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The Lenovo X1 Carbon laptop review


After the introduction of the macbook air, many laptop makers tried hard at emulating apple’s flagship portable laptop. While some succeeded to some extent, some just could not meet the thickness levels (or shall we say thinness levels) of the Air. Hard at work were lenovo and with the subsidizing of solid state drives (SSD) it was only a matter of time before they also tried the same experiment. The result of Lenovo’s efforts culminated in what we now know in the market as the X1-Carbon. With up to an 8GB of RAM, and a 256 GB of SSD its only about 0.7 inches thin. That is about 0.02 inches more than the macook Air and with the X1 carbon, Lenovo finally has managed to be part of th elite crowd of thin laptop makers. Made with a carbon body which they claim is virtually indestructible, a matt finish display and business security included this laptop also comes in two screen versions a 10 point multitouch screen for windows 8 and a normal screen for window 7 business users. The laptop charges in less than 1 hour to 80% and roughly gives anywhere between 3.5 to 5 hours on a single charge. Though lenovo claims the laptop stays cool at all times, it was noticed that there is a mild warming up on the left side which is expected for heat dissipation. There was a time when the laptop did not go to sleep properly when the lid was closed and it had reached an alarming level of heating by the time I could reach office from home. Usually such occurrences are mostly due to devices not allowing the system to shut down properly and is more to do with windows OS rather than the hardware itself. This is perhaps where Apple scores better owing to both hardware and software design in house. One of the things I liked most is the back lighting which is split into two levels of brightness which makes it very useful to work in a really dark room with typical household adults doing the work at home when kids sleep in the same room. The small orange dotted LED displays for audio mic and speakers mute with a neat volume increase/decrease button at the center makes it looks extremely business like. The wireless and bluetooth are always on by default. The green lit circular power button is also cool to look at in terms of design. A comparison with the Lenovo T410 business laptop from the year 2010 clearly shows Lenovo's progress in laptop design.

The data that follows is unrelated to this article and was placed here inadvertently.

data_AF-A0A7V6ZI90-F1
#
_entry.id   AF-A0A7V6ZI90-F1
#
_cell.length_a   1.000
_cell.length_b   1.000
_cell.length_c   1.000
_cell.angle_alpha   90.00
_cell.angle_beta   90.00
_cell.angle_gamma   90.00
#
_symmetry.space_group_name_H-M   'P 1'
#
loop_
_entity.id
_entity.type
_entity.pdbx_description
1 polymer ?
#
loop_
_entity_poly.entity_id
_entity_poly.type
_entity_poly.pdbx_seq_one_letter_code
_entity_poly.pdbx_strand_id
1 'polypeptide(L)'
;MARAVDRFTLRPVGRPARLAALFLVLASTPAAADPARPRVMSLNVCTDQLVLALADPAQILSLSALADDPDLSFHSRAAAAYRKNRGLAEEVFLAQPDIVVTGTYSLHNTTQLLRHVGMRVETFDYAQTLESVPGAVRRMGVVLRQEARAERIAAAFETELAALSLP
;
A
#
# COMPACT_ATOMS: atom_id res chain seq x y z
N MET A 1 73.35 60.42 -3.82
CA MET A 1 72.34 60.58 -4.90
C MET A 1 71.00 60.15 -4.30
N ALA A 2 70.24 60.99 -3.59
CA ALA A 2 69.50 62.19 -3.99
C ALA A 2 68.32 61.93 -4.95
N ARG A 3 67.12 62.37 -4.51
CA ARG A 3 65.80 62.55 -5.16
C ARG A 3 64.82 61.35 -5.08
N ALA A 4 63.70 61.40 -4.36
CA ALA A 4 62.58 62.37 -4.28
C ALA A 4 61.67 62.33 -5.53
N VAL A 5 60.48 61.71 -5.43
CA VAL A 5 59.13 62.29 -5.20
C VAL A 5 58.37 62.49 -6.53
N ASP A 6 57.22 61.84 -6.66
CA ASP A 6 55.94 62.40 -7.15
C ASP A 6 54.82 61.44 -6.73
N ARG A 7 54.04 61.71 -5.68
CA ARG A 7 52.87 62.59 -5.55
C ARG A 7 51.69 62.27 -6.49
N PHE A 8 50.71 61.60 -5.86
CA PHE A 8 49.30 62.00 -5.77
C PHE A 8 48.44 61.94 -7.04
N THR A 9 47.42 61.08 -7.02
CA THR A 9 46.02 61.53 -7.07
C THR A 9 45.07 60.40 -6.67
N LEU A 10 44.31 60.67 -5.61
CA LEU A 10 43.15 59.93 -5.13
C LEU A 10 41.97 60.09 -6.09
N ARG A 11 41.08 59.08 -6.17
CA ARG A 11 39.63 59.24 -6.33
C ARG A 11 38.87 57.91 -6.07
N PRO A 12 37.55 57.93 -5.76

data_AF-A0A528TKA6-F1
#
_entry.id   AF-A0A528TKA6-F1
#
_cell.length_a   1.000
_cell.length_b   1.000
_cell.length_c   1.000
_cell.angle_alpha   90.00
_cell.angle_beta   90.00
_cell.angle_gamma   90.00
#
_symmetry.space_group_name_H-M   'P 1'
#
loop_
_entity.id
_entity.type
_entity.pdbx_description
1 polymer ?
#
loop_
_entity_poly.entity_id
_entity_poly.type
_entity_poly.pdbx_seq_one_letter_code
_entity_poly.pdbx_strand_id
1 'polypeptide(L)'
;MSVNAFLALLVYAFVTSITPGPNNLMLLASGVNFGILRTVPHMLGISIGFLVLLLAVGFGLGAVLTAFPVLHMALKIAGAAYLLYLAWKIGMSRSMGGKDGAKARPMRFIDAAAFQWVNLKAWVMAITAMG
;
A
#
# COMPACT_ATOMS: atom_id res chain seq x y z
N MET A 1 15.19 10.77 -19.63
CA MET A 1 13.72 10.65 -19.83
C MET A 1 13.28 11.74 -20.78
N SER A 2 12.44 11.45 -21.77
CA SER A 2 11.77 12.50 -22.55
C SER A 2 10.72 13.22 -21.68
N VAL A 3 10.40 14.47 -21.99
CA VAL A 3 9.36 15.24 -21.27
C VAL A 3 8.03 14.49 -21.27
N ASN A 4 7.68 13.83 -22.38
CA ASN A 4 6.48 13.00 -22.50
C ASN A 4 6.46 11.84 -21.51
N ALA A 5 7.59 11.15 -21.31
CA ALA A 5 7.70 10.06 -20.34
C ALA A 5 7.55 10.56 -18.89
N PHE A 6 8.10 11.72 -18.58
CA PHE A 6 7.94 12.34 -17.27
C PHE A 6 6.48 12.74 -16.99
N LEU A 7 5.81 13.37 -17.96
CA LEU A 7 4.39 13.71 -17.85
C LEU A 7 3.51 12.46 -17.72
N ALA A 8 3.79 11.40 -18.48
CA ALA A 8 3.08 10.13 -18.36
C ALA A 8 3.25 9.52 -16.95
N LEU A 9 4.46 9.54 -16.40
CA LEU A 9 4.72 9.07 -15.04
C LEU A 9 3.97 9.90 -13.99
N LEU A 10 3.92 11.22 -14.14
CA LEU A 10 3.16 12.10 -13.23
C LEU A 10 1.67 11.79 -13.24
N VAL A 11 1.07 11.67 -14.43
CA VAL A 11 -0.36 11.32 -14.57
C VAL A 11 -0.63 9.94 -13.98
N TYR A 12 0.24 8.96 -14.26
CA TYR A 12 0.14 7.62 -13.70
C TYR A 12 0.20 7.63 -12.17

The keyboard is the Lenovo’s famous chiclet keyboard design which is ergonomic to use, though I personally am a fan of the Mac keyboard which is highly accurate. The X1 carbon also boasts of a very accurate track pad unlike its poorer cousin the G680 series which was known for its horrible track pad. This clearly shows you get more for the money paid. The laptop also features a fingerprint scanner which is more of a commodity nowadays. The power cable is unique to this model and those with older power cables cannot use those here. Also the laptop has done away with full sized ethernet and display ports. To add to the features missing there are only two usb ports which one needs to make do with for using external mouse and ethernet connections. The expectation is that one uses Wifi more than ethernet on this model as this is more suited for lightweight users and travelers. There is a SD slot for card reading and an audio output socket which also adapts to mic/headphone combined models of hardware. The laptop also features a micro sim slot which is useful to make calls from the machine itself and makes its true business purpose more prominent. Instead of a full fledged display port we have to make do with the mini display port / hdmi port instead. Frankly for casual users this is not the most needed anyways.

  The processors being offered go all the way up to the fourth generation core-i7 which makes this hardware a compelling proposition to go for. The boot up times and shutdown times are very quick making it for a pack and go travel companion. At about 1300 dollars in the usa, this works out to close to 1,00,000 indian rupees including taxes and shipping. This is slightly on the higher side but the money paid is well worth it in terms of usage satisfaction. The laptop also comes with optional dock which provides more usb ports for connecting other devices. I did not find an option where the laptop could be powered through the dock itself.

  Overall if Lenovo can make these models more mainstream and introduce the cheaper processors in the same form factor, they have a winner in their hands and their sales could see the much needed upswing. Just like how the MacBook Air defines Apple’s design prowess for portable laptops, the X1 brings in its bouquets for Lenovo.   Tags: , , , , , , , , , , , , , , , , , , , , , , , , , , , , , , , , , , , , , , , , , , , , , , , ,

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